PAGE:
Didier Drogba charity may have 'misled' donors - Charity Commission
Last Updated: 02/12/16 7:30am
A charity run by Didier Drogba has been cleared of corruption allegations but its donors may have been "misled", an investigation has found.
The Charity Commission began its inquiry into the Didier Drogba Foundation in April following claims by a national newspaper only a small amount of the £1.7m donated had gone to help causes in Africa.
Drogba has announced he is now seeking an apology and damages to be paid to his foundation.
The watchdog said on Friday it had found "no evidence of fraud or corruption" during a seven-month investigation but has suggested ways in which the charity could be more transparent.
Drogba, 38, has been spoken to regarding "serious concerns" about the charity's financial records, which "did not support the level of charitable activity claimed to have been undertaken by the charity".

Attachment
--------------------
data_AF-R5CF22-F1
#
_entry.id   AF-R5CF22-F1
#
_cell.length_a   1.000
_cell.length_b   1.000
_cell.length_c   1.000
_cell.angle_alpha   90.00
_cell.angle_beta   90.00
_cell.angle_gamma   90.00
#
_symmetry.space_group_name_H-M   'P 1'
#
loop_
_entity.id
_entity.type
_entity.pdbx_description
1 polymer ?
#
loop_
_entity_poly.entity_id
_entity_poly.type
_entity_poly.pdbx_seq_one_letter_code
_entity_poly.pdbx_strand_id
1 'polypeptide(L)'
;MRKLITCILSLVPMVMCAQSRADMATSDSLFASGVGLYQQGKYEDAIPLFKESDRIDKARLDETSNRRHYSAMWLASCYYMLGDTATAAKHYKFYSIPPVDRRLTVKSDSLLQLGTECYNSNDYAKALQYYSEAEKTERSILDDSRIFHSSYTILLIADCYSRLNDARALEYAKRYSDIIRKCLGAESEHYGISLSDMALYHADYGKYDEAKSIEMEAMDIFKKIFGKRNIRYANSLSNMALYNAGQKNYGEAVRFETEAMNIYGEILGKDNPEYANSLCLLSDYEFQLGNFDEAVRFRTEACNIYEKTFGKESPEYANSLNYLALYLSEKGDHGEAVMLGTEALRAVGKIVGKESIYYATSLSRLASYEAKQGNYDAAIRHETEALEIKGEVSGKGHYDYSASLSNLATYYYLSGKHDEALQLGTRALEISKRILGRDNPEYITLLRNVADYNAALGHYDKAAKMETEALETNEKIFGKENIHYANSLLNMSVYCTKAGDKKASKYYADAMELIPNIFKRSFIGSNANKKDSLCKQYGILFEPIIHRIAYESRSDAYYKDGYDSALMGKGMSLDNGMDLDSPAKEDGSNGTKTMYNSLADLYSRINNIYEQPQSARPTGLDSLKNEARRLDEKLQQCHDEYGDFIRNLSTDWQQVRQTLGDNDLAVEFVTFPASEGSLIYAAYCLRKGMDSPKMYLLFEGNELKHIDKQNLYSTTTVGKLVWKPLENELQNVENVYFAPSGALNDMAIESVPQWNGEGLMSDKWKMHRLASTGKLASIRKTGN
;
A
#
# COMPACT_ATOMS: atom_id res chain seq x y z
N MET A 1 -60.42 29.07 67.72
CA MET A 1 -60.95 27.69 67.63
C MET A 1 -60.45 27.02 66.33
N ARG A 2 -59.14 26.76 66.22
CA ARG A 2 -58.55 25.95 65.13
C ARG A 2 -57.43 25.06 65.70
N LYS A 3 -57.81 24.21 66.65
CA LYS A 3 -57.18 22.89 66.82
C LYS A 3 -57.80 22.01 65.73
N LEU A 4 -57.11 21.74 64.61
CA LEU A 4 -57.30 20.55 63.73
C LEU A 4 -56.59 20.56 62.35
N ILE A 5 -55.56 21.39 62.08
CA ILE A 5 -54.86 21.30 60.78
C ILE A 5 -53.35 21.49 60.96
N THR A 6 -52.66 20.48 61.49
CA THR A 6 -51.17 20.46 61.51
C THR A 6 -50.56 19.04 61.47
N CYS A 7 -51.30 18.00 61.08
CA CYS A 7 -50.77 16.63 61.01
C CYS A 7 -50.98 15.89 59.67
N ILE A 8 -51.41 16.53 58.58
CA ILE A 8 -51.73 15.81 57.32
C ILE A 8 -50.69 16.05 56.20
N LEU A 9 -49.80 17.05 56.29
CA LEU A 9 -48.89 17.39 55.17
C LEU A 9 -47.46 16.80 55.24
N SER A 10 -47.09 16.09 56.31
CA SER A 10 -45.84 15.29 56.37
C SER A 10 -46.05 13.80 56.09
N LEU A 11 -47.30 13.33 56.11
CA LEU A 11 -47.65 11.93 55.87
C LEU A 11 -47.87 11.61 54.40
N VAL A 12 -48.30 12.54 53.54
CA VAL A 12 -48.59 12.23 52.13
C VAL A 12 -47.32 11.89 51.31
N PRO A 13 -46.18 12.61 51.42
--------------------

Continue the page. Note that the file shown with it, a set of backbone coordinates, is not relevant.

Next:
Failure to separate activities between La Fondation Didier Drogba, an organisation based in the striker's home nation of the Ivory Coast, and the English arm meant money accumulated to be spent on hospitals, as donors were led to believe, was instead being saved in the UK.
The report read: "We have been able to satisfy our most serious concerns in relation to the charity by confirming that funds have not been misapplied and that all funds raised in the English charity's name have been held by the English charity. We are also able to confirm that we found no evidence of fraud or corruption on behalf of the charity.
"We have issued the charity with an action plan to ensure that the outstanding concerns, particularly with regard to transparency to donors and the public, are addressed by the charity's trustees."
Drogba was pleased with the commission's findings and has begun legal action against the Daily Mail.
"The Charities Commission has today confirmed, after a seven-month investigation, that no funds have been misapplied by my foundation," he said in a statement.
"They have confirmed that there has been no financial wrongdoing, no fraud and no corruption.
"I am pleased that this supports what we always said from the start, that the claims made by the Daily Mail back in April were entirely false."